Catch a Star!

... and discover all its secrets!

Introduction | Prizes | How to enter | Forms | Projects | Deadlines | FAQ | Legal

IMPORTANT:

  • This competition is closed. Find out more about ESO's current educational material and activities on our education pages!

This famous educational programme returns for its fourth year, with new prizes including a trip to Chile, and more ways to enter the competition.

ESO and the European Association for Astronomy Education (EAAE) again welcome school students to this exciting web-based competition.

The entries for the drawing competition are now online.

The winners of the competition have been announced! You can find their list here.


Introduction

On a dark night, far from city lights, you can see about three thousand stars in the sky with the unaided eye. With binoculars you can see more than ten thousand, and with a small telescope even more celestial objects become visible.

The Milky Way Galaxy in which we live contains hundreds of billions of stars, clouds of cosmic dust, stellar clusters, and a massive black hole in its centre. These objects are spread over more than a hundred thousand light years, making our own Solar System just a tiny speck in the Galaxy. And that is just our own Galaxy: beyond the Milky Way, there are also hundreds of billions more!

These celestial objects are all very distant, and very large. The stars are too far away for us to visit them even in the fastest spacecraft, but there's another way for you to "catch a star" by taking part in ESO's competition. Select an astronomical object - such as a star, a distant galaxy, a beautiful comet, planets, moons, or a nebula - and write an article about it to learn and share some of its secrets!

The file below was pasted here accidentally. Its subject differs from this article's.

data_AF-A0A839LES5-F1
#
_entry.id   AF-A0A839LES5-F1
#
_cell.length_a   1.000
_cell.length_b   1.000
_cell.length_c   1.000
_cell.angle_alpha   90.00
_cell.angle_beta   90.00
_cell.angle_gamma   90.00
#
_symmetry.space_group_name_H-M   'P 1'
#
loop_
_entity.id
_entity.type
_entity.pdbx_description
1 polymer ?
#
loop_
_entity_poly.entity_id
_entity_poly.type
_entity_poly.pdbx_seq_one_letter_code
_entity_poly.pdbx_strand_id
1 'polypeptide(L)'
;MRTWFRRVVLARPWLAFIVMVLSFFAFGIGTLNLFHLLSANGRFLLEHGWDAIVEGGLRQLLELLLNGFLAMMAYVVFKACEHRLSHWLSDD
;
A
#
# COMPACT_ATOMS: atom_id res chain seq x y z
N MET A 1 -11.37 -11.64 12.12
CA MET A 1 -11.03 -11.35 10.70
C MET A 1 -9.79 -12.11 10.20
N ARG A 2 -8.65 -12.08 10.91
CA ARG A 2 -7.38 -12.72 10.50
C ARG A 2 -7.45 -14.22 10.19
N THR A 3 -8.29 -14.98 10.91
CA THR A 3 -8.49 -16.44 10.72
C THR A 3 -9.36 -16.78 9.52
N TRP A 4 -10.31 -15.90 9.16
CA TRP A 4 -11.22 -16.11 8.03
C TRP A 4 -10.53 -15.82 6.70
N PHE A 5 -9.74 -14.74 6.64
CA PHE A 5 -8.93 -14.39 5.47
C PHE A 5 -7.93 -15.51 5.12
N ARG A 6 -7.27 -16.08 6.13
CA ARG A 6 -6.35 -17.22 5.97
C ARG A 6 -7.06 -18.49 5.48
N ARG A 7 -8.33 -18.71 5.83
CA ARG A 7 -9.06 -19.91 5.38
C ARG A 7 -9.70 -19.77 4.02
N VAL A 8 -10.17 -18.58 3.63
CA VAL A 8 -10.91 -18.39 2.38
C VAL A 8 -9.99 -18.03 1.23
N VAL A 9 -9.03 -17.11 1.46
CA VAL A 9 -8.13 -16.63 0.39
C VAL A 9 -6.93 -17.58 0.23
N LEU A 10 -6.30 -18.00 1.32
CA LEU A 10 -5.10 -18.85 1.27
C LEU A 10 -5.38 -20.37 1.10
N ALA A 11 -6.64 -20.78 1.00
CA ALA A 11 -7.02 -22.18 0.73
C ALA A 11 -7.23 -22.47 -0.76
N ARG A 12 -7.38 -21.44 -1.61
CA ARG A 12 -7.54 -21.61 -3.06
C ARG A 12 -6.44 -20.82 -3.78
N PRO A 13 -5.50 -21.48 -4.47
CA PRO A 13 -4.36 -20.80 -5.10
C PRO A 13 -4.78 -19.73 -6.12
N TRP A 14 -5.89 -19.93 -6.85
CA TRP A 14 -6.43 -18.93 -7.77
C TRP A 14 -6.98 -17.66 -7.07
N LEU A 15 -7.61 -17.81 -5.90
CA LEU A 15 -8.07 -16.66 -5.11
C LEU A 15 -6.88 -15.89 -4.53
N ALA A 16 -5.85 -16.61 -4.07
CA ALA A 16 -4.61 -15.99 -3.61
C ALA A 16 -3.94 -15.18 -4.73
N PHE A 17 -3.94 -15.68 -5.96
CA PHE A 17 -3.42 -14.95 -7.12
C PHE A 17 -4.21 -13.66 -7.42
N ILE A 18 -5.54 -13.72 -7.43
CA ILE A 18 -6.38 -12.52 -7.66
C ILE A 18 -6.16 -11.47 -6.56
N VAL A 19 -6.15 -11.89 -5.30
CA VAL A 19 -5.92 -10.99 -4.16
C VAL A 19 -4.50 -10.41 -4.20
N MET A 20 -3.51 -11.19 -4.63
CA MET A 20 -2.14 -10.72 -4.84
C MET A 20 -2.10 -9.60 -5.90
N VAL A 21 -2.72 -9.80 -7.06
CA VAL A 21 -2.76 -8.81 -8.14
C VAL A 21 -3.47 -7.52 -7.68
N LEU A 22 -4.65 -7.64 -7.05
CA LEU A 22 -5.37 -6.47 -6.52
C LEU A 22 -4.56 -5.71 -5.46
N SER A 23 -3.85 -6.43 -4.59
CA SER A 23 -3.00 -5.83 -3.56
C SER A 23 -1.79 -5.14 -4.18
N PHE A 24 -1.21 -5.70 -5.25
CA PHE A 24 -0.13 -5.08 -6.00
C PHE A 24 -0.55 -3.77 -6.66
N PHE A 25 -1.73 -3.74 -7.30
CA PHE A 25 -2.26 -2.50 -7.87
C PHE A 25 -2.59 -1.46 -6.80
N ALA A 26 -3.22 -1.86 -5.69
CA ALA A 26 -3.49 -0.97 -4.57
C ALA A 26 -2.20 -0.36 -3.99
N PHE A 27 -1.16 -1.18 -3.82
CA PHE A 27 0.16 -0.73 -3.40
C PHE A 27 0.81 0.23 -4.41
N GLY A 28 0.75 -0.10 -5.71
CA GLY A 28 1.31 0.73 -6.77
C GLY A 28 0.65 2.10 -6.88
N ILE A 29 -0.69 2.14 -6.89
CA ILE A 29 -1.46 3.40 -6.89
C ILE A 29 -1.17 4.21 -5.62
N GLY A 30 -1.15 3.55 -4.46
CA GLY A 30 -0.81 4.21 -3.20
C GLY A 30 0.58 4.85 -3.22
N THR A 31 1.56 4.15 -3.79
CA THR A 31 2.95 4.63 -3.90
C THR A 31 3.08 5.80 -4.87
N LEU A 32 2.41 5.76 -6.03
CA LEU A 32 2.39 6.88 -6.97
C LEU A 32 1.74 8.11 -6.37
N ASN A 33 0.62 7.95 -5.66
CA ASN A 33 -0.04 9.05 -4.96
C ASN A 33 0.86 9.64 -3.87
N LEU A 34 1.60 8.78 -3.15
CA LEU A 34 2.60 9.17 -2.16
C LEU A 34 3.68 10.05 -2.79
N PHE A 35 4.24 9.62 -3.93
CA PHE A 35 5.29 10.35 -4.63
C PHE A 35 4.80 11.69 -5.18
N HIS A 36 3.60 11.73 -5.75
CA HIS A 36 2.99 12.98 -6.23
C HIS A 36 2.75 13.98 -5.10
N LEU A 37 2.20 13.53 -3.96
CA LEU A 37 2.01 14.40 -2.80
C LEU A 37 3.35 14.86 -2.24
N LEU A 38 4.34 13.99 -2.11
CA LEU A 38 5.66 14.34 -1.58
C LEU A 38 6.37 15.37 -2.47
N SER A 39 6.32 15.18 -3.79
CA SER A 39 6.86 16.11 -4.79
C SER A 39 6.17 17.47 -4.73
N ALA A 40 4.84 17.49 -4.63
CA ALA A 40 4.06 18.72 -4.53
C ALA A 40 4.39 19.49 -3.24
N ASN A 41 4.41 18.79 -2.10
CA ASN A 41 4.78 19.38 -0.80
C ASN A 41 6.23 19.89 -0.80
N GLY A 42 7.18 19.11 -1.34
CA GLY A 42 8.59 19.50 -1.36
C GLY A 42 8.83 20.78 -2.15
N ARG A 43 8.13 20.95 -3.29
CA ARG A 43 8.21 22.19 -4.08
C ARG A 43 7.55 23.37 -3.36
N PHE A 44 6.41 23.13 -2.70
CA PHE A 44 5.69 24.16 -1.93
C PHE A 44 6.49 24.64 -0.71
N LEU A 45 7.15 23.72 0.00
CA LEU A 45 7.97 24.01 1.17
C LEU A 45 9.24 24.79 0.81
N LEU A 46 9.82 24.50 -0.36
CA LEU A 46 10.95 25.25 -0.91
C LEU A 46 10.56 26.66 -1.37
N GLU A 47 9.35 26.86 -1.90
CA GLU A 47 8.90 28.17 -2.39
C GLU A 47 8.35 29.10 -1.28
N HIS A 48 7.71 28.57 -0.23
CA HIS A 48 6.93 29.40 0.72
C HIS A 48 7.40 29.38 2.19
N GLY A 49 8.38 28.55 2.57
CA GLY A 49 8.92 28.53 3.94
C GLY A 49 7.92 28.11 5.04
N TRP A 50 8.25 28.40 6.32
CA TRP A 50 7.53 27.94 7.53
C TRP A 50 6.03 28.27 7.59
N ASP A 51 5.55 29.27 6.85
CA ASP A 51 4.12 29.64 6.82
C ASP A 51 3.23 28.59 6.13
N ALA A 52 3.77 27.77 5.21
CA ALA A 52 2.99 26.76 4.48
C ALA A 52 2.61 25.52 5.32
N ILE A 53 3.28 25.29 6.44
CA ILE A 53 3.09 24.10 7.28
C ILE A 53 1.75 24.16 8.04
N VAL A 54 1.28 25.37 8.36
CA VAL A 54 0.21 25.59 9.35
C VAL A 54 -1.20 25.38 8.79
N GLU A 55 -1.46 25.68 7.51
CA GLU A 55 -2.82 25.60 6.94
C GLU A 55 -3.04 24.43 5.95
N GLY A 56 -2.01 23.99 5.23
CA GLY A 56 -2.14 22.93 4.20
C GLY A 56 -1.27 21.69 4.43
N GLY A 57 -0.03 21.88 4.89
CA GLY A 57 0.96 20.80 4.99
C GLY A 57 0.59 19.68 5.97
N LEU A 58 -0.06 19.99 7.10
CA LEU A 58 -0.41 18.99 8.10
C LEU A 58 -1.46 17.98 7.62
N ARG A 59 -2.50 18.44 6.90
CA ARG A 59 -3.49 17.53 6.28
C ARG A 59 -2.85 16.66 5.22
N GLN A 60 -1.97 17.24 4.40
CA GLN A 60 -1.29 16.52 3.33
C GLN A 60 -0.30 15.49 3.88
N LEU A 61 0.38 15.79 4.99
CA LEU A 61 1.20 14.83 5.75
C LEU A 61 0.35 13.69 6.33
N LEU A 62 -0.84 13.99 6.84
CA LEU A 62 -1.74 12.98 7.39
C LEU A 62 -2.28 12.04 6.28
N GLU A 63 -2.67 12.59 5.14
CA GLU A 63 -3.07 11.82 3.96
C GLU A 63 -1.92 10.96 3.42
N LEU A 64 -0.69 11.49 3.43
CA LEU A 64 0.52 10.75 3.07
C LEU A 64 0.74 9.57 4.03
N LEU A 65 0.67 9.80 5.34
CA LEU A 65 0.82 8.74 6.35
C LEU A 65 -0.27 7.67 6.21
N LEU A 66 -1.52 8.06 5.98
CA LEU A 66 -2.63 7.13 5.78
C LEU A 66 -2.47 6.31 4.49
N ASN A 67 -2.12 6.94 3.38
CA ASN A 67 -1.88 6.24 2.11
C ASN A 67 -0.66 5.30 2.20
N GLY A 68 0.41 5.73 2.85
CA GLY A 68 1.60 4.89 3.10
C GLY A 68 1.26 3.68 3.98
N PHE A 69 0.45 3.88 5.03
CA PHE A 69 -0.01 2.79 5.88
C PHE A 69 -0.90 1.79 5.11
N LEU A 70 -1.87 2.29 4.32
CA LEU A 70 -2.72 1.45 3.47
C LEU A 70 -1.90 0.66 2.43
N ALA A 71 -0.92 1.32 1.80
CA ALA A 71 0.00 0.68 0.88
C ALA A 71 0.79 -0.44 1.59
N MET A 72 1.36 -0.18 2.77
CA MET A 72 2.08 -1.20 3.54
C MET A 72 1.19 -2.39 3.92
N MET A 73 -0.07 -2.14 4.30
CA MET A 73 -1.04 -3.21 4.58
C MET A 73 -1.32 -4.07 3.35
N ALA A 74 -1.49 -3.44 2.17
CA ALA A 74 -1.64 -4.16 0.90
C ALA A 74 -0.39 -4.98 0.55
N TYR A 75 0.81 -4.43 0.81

Just like astronomers do, you can form teams to research your chosen object, and use scientific detective work to find out as much as possible about it. Younger contestants can take part in the competition by making a drawing of the object you have selected.

You could also choose as your topic a celestial event or phenomenon, such as a solar or lunar eclipse, the Northern or Southern Lights, or a meteor shower like the Leonids. Or, write about a visit to an observatory, describing the ways in which it studies the object you have chosen.

The "Catch a Star!" 2005 contest will have three categories:

Category 1 Category 2 Category 3

Prizes include trips to observatories in Chile, Austria, Germany, and Spain.

Open for contributions that fulfil certain requirements (see "How to enter"). Will be judged by an international jury.

Prizes include astronomy DVDs, CD-ROMs, and posters.

Open for contributions that fulfil certain minimum requirements (see "How to enter"). There is no assessment by a jury, and the winners are selected by lottery.

Prizes include astronomy T-shirts and posters.

This category is a drawing contest. Winners are selected by a combination of lottery and popular vote.